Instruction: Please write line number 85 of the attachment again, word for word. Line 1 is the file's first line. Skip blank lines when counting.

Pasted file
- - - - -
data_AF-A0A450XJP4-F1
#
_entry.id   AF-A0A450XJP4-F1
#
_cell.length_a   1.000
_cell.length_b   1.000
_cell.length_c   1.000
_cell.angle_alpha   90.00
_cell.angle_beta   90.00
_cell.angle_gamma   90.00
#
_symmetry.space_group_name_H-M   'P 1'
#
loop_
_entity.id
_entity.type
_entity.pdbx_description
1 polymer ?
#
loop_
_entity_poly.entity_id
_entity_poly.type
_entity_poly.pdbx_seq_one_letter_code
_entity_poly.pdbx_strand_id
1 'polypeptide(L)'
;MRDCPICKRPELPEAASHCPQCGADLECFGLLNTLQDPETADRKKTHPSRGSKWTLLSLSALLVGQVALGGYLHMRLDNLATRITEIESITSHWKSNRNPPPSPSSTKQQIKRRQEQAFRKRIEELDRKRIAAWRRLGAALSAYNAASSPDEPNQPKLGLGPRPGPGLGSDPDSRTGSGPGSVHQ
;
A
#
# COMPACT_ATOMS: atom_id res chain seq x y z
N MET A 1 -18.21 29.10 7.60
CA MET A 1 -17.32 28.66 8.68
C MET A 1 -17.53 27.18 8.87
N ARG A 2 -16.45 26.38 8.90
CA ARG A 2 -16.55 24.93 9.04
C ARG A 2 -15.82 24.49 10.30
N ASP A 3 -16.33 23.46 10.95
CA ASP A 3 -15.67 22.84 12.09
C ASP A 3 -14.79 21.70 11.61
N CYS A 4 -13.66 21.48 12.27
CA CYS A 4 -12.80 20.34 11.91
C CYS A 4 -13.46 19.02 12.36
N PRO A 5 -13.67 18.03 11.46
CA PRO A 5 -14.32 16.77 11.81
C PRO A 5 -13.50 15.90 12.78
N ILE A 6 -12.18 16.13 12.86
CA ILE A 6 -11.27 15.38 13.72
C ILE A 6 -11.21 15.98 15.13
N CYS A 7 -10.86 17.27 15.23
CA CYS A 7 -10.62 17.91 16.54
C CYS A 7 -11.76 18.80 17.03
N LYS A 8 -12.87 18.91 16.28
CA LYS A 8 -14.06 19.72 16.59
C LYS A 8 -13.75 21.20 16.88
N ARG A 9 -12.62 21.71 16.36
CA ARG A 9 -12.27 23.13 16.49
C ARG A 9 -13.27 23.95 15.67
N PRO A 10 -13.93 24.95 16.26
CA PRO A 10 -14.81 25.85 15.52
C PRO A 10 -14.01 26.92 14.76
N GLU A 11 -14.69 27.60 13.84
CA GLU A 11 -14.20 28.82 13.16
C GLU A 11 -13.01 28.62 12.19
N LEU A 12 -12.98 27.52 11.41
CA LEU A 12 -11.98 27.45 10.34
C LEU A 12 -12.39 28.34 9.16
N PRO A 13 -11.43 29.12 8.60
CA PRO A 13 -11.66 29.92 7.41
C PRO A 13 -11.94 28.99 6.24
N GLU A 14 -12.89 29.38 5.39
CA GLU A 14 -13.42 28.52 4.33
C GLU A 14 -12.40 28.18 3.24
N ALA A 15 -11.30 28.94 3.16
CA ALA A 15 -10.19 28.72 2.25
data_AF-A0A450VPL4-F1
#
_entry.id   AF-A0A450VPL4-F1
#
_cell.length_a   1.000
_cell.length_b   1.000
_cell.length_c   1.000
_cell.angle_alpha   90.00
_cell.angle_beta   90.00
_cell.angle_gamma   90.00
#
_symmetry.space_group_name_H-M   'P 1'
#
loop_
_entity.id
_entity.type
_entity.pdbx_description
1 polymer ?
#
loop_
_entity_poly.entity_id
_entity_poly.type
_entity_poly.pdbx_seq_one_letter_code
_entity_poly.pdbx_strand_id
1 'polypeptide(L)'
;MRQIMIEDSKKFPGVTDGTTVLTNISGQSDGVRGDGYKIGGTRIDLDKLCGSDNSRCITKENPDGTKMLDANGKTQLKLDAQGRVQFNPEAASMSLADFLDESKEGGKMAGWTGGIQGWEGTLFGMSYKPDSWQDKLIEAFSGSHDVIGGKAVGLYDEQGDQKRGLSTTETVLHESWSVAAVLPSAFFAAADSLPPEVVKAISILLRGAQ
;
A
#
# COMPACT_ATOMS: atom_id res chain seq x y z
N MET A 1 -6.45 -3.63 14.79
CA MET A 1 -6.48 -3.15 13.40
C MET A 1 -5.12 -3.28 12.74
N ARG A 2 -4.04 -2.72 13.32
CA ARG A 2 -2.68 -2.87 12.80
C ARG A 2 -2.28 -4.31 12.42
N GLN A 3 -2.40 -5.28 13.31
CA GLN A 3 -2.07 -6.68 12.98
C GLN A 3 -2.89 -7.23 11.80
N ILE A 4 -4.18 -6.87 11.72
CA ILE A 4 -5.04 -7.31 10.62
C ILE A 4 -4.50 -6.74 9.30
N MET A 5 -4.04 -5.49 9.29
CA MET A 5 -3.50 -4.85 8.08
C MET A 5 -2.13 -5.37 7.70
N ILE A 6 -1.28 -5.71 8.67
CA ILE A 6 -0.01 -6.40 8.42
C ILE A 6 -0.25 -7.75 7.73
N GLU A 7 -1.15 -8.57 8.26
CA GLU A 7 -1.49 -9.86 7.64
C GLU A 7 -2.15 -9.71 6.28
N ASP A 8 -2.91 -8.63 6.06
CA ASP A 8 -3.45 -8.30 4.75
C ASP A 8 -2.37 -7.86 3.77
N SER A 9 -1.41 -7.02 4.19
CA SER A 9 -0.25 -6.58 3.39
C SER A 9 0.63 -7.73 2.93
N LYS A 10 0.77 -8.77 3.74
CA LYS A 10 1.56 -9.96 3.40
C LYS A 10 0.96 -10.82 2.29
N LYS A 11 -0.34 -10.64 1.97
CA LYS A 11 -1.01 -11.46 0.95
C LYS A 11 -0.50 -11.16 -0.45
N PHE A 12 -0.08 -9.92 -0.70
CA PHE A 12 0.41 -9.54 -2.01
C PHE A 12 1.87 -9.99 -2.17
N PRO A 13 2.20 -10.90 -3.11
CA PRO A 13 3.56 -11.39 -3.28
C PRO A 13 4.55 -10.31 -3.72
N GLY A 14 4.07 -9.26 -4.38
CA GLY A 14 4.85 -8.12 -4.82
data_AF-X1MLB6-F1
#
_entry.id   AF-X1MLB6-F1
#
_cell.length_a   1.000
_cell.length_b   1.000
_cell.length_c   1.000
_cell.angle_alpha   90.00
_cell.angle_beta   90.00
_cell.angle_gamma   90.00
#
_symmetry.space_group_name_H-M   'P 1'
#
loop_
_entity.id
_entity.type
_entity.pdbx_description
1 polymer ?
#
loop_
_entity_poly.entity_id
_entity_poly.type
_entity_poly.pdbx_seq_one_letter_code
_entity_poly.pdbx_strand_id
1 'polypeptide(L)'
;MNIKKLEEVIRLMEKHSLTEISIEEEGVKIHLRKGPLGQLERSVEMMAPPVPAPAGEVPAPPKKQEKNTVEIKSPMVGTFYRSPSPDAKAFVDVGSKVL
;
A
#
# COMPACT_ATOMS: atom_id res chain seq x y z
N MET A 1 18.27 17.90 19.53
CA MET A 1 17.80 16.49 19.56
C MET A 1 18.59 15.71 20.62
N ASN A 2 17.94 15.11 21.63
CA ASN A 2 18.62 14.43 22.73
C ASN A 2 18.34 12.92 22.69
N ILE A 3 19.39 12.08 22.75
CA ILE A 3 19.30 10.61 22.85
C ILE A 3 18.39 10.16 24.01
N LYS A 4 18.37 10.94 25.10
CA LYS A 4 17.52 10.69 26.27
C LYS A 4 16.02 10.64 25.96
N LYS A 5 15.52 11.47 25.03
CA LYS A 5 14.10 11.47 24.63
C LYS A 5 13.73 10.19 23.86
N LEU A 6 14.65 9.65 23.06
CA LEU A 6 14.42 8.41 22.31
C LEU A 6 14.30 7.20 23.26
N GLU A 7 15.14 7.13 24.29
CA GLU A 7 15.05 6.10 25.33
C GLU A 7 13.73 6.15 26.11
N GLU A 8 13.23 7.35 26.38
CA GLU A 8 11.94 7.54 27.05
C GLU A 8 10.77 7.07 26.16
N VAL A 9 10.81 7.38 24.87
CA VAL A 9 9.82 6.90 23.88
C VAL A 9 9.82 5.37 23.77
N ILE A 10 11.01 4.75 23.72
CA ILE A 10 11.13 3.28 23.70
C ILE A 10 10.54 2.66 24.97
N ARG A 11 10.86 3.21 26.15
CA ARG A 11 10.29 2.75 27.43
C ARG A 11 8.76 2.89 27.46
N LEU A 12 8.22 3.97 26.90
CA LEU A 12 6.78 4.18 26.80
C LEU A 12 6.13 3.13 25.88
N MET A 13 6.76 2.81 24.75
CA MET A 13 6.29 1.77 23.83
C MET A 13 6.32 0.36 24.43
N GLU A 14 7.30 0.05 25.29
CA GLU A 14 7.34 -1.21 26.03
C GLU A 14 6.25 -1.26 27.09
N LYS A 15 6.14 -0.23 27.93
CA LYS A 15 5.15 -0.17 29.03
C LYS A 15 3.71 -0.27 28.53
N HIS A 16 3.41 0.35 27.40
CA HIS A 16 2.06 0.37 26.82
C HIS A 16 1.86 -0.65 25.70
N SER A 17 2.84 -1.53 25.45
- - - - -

#